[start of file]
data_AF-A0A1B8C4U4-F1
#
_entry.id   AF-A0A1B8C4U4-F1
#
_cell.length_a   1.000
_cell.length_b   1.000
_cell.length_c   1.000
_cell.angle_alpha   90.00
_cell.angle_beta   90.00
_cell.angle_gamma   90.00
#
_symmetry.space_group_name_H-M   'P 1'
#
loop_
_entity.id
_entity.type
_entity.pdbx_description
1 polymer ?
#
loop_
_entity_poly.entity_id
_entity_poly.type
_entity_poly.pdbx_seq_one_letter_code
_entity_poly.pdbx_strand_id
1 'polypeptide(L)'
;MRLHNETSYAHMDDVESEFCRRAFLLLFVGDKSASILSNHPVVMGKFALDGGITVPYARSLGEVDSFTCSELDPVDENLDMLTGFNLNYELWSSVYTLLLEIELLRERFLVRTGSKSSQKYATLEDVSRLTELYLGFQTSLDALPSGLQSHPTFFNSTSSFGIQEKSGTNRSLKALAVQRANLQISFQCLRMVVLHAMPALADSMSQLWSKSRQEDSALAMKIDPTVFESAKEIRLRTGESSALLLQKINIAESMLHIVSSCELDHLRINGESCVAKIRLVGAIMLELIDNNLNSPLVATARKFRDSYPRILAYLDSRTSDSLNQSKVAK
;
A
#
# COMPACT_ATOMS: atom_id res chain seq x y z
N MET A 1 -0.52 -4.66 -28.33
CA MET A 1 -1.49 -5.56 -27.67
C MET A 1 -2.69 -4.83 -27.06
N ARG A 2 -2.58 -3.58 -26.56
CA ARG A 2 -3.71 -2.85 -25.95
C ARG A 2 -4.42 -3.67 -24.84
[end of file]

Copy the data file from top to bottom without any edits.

data_AF-A0A1B8C4U4-F1
#
_entry.id   AF-A0A1B8C4U4-F1
#
_cell.length_a   1.000
_cell.length_b   1.000
_cell.length_c   1.000
_cell.angle_alpha   90.00
_cell.angle_beta   90.00
_cell.angle_gamma   90.00
#
_symmetry.space_group_name_H-M   'P 1'
#
loop_
_entity.id
_entity.type
_entity.pdbx_description
1 polymer ?
#
loop_
_entity_poly.entity_id
_entity_poly.type
_entity_poly.pdbx_seq_one_letter_code
_entity_poly.pdbx_strand_id
1 'polypeptide(L)'
;MRLHNETSYAHMDDVESEFCRRAFLLLFVGDKSASILSNHPVVMGKFALDGGITVPYARSLGEVDSFTCSELDPVDENLDMLTGFNLNYELWSSVYTLLLEIELLRERFLVRTGSKSSQKYATLEDVSRLTELYLGFQTSLDALPSGLQSHPTFFNSTSSFGIQEKSGTNRSLKALAVQRANLQISFQCLRMVVLHAMPALADSMSQLWSKSRQEDSALAMKIDPTVFESAKEIRLRTGESSALLLQKINIAESMLHIVSSCELDHLRINGESCVAKIRLVGAIMLELIDNNLNSPLVATARKFRDSYPRILAYLDSRTSDSLNQSKVAK
;
A
#
# COMPACT_ATOMS: atom_id res chain seq x y z
N MET A 1 -0.52 -4.66 -28.33
CA MET A 1 -1.49 -5.56 -27.67
C MET A 1 -2.69 -4.83 -27.06
N ARG A 2 -2.58 -3.58 -26.56
CA ARG A 2 -3.71 -2.85 -25.95
C ARG A 2 -4.42 -3.67 -24.84